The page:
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J Hazard Mater. 2019 May 29;378:120702. doi: 10.1016/j.jhazmat.2019.05.095. [Epub ahead of print]

Activation of fulvic acid-like in paper mill effluents using H2O2/TiO2 catalytic oxidation: Characterization and salt stress bioassays.

Author information

1
National Engineering Laboratory for Efficient Utilization of Soil and Fertilizer Resources, National Engineering & Technology Research Center for Slow and Controlled Release Fertilizers, College of Resources and Environment, Shandong Agricultural University, Taian, Shandong, 271018, China.
2
National Engineering Laboratory for Efficient Utilization of Soil and Fertilizer Resources, National Engineering & Technology Research Center for Slow and Controlled Release Fertilizers, College of Resources and Environment, Shandong Agricultural University, Taian, Shandong, 271018, China. Electronic address: yangyuechao2010@163.com.
3
Department of Soil and Water Science, Tropical Research and Education Center, IFAS, University of Florida, Homestead, FL, 33031, USA.
4
State Key Laboratory of Nutrition Resources Integrated Utilization, Kinggenta Ecological Engineering Group Co., Ltd, Linshu, Shandong, 276700, China.
5
Key Laboratory of Humic Acid Fertilizer of Ministry of Agriculture, Shandong Agricultural University Fertilizer Technology Co. Ltd, Feicheng, Shandong, 271600, China.
6
Department of Agricultural and Biological Engineering, IFAS, University of Florida, Gainesville, FL, 32611, USA.
7
United States Department of Agriculture-Agricultural Research Service, Florence, SC, 29501, USA.

Abstract

Increasing environmental concerns about organic waste in paper mill effluents demand alternative wastewater management technology. We reported novel activation of fulvic acid-like in paper mill effluents using hydrogen peroxide (H2O2) as oxidizer and titanium oxide (TiO2) as catalyst. Spectroscopic characteristics of fulvic acid-like in paper mill effluents before and after activation (PFA and PFA-Os, respectively) were compared with a benchmark fulvic acid extracted from leonardite (LFA). Results indicated that PFA-Os exhibited less lignin structures, more functional groups and lower molecular weight than PFA, sharing much similarity with LFA. Among PFA-Os with varying degrees of oxidation, PFA-O-3 activated with 1:2 vol ratio of paper mill effluent and 30% H2O2 for 20 min digestion at 90 °C stands out to be the optimal for further examination of its biological activity. Bioassays with rice seed/seedling indicated that applications of LFA at 2-5 mg-C/L and PFA-O-3 at 60-100 mg-C/L significantly increased rice seed germination rate and seedling growth under salt stress imposed with 100 mM NaCl. The mechanism was mainly through reduced oxidative damage via activation of antioxidative enzymes and lipid peroxidation. This study provides the needed technical basis of safer and cleaner technologies for innovative management of paper mill effluents.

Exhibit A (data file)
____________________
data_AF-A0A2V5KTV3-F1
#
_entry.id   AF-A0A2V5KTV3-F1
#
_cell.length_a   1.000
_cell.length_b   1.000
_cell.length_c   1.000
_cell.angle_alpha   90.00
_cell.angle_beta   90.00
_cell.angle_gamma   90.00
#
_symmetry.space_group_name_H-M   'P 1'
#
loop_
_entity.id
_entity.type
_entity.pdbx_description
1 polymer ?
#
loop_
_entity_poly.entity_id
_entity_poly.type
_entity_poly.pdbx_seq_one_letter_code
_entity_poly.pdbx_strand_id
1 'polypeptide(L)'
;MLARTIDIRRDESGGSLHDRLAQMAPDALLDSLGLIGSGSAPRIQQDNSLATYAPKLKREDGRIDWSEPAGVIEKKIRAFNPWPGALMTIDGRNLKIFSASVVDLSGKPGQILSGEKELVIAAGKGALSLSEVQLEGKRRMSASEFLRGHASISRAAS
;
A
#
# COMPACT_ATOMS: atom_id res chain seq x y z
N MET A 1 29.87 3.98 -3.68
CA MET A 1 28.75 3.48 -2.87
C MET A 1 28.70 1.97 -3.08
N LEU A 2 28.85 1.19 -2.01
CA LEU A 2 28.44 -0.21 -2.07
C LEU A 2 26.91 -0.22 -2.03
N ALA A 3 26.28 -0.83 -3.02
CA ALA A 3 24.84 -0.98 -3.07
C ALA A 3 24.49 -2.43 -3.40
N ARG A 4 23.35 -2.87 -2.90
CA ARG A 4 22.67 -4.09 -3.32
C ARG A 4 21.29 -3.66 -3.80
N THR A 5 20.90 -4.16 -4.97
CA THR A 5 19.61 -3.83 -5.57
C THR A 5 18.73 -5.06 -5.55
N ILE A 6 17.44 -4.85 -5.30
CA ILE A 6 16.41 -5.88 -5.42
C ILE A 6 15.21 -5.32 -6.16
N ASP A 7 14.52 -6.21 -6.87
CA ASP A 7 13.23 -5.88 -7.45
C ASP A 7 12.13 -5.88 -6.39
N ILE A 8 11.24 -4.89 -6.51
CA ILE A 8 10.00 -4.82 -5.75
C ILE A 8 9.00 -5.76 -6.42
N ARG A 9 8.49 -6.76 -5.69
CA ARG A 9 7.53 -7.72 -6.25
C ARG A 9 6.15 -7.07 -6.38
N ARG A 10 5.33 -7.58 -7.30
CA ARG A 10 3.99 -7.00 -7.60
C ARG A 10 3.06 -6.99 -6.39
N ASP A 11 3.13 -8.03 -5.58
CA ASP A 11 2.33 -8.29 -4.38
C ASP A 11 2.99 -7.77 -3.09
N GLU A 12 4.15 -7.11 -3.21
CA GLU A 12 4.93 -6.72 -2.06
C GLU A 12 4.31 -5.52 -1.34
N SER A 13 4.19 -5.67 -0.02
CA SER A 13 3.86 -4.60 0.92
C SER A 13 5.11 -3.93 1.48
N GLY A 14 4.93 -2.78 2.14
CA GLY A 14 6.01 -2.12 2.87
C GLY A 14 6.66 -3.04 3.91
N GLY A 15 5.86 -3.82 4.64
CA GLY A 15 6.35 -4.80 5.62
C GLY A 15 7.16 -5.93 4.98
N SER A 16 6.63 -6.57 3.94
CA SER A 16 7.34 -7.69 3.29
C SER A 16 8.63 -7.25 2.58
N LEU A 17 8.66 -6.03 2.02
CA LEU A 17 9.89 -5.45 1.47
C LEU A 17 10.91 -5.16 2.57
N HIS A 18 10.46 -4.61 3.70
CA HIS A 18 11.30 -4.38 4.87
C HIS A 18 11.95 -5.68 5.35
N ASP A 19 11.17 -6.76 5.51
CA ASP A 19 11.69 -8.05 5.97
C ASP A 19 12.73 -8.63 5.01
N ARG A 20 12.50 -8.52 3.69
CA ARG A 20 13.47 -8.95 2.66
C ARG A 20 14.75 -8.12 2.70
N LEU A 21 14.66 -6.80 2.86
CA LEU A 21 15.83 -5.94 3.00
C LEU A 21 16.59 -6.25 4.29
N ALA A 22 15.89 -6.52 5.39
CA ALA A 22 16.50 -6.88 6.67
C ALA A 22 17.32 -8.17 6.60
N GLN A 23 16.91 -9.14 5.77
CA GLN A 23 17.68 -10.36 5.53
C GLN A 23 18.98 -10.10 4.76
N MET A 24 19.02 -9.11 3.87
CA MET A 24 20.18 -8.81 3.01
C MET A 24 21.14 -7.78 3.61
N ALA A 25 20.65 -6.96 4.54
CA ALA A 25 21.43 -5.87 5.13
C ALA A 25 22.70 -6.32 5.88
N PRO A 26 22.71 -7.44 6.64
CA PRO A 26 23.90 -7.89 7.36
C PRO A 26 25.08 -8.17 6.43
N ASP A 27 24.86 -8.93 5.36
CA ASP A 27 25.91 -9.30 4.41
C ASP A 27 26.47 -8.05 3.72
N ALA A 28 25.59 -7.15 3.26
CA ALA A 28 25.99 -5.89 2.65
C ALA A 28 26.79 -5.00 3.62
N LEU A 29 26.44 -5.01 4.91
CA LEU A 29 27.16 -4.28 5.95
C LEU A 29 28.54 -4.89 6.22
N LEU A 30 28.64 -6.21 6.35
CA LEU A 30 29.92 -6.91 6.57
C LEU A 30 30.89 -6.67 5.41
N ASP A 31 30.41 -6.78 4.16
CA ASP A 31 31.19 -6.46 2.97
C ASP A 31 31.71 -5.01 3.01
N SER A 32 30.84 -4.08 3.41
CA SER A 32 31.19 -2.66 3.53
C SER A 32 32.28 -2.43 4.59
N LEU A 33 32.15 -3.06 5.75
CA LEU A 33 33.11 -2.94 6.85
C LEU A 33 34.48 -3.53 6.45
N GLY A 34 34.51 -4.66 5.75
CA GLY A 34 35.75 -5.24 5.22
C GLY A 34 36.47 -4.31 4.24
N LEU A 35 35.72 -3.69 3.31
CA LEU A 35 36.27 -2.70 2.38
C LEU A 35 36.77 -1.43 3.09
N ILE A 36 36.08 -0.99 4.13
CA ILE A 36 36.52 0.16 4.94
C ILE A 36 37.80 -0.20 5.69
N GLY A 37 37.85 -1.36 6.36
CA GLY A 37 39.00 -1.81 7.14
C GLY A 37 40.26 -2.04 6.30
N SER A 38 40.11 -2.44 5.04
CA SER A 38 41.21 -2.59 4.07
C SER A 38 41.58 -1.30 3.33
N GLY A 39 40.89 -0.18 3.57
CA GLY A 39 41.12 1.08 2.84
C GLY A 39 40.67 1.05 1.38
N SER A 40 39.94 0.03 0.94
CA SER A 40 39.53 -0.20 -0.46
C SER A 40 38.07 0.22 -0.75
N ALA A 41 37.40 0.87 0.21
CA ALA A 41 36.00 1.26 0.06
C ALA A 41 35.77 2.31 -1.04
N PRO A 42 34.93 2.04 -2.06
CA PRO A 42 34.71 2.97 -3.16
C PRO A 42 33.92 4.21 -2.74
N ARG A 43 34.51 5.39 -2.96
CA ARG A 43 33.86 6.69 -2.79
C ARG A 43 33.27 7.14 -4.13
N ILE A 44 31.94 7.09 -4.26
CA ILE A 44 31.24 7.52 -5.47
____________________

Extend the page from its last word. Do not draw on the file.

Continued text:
KEYWORDS:

Antioxidative enzymes; Fulvic acid-like; Paper mill effluents; Rice seedling; Salt stress

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